Add up the benefits of those concerts during the lockout: The musicians kept the music alive, the music kept most of the players together, the orchestra members saw how much their performances meant to so many. That good feeling lingers.
Now, after concerts, musicians, who once seemed distant, mingle with the audience in the new and improved Orchestra Hall lobby. “We all better understand what a great jewel we have with this orchestra,’’ said Sprenger. “There are skeptics. But there’s also an understanding that it takes a total community to keep this jewel.’’
Old hands, new future
It is two old hands, Sprenger, who is 76 years old and the retired CEO of Allina Health Systems, and Smith, who is 63 and the retired president of the Minnesota Opera, who have the task of shaping the future. Neither was seeking the challenge, but neither is afraid of it, either.
Sprenger became board chair last January, replacing Campbell, who had shared Henson’s desire to balance the orchestra books by slicing musician salaries and benefits by more than 30 percent.
“Why would I take this on at this point in my life?’’ Sprenger said. “I love this orchestra and I had a history of working with (health care) unions of highly skilled professionals who had great talent and definite opinions about how things should work. Besides, being retired, I had a lot of time for those breakfast meetings.’’
As Henson was being shown the door last spring, Sprenger was in contact with Smith, who had spent a quarter century building the Minnesota Opera. In the process of growing the opera, Smith knocked on thousands of doors throughout the metro.
“Gordy called me and we talked about the situation,’’ Smith said. “He talked about an interim position. He made that part clear. This would be an interim position.’’
Sprenger laughed as Smith emphasized the word ‘interim.’ “Often you have an interim person come in to maintain a situation. Kevin’s not a maintainer sort of guy.’’
Will big donors stick around?
Save our Symphony Minnesota’s Eisenberg is elated with Smith’s enthusiasm, as well as his willingness to meet — and his willingness to listen.
“The people in our organization can’t sit down and write a check for a half million dollars,’’ Eisenberg said. “But we buy tickets, we can support in other ways, and we do love the music.’’
The love of the music has showed in numerous ways. For example, one of the fears during the lockout was that patrons would get out of the habit of attending concerts. Instead, it appears that the buzz around the orchestra actually grew. Statistics compiled by the Minnesota Orchestra Association showed that 40 percent of the people who attended an opening September concert had either never been to a concert or hadn’t been to a concert in five years.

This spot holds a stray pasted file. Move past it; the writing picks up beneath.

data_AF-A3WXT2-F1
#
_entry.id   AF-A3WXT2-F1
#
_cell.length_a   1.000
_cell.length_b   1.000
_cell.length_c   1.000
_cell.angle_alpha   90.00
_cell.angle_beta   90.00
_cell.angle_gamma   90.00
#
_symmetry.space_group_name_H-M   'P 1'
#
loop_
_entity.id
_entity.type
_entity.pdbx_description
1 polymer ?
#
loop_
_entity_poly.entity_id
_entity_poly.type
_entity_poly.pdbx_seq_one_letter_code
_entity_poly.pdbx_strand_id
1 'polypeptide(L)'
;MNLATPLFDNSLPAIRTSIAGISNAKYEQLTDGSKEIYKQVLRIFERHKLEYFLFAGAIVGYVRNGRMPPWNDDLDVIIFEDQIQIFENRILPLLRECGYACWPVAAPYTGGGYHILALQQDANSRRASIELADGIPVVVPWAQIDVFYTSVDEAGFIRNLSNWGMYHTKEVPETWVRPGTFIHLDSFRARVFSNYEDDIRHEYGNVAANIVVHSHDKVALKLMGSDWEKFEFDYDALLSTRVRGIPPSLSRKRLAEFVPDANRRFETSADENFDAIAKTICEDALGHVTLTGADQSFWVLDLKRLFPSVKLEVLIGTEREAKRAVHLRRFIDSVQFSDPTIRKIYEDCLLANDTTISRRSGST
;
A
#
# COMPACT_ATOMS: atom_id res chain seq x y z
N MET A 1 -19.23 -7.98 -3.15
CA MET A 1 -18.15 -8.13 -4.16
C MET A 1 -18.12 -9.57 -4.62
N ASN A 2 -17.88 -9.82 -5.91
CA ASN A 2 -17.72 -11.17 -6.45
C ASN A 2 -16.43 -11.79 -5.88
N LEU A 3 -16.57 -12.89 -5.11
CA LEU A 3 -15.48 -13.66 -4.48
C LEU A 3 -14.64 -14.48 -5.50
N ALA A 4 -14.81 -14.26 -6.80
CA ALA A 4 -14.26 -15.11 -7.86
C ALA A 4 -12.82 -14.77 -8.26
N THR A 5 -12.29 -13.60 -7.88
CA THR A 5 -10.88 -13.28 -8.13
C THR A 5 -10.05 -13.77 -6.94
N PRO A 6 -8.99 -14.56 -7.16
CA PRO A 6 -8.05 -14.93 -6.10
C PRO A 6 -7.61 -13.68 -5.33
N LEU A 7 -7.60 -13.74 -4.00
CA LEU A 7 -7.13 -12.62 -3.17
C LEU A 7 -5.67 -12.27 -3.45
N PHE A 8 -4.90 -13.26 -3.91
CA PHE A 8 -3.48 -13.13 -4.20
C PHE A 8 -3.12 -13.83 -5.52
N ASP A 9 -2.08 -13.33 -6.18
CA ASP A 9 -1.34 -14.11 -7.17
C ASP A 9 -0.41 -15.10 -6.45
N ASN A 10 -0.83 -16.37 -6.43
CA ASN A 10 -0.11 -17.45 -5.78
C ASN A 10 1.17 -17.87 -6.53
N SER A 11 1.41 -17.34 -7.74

This summer, there was a “grass roots’’ fundraising event called the CommUnity in Concert Challenge Grant, which was aimed at relatively small donors. In one month, those donors, many of whom had been members of the various organizations that began during the lockout, raised $174,000, which was on top of the $115,000 grant that was use to prime the drive.
What’s not yet totally clear is whether the big hitters will stick with the orchestra. It is important to remember that Henson’s take-it-or-leave-it offer to the musicians once had the support of the full board. And at least a handful of board members quit when Henson — and his strategy — was dumped.
Board members are the orchestra’s rainmakers. Presumably, disgruntled board members don’t make much rain. Yes, there have been major contributions coming into the orchestra coffers since the labor dispute was resolved. But Smith is honest about the situation. “We’ve had some (donor) losses,’’ he said in a recent interview, “but we’ve had gains, too. I think we have a number of corporations in a position of sitting back and waiting to see how we’re doing.’’
The key to everything, of course, is the music. At the point of the lockout, the Minnesota Orchestra was getting worldwide attention. People love supporting a winner. But if the status of the orchestra would fall, financial support likely would fall, too.
Remarkably, the orchestra came out of the lockout playing at a much higher level than many expected. In large part, the performance level is due to the chemistry of the musicians and their respect for VÃ¤nskÃ¤.
If anything, the relationship between VÃ¤nskÃ¤ and the musicians is closer than it was prelockout.
“We’ve grown with Osmo throughout his tenure,’’ Ross said. “But I think the lockout concerts made his trust in us go beyond what it had ever been. He’s been a great partner since we started up again. The hardest thing to build is that two-way trust. We have that.’’
And after everything they’ve been through, the musicians say, there’s an obligation: to the music — and to each other. Or as Wright puts it: “Each member plays every note as if it was their last.”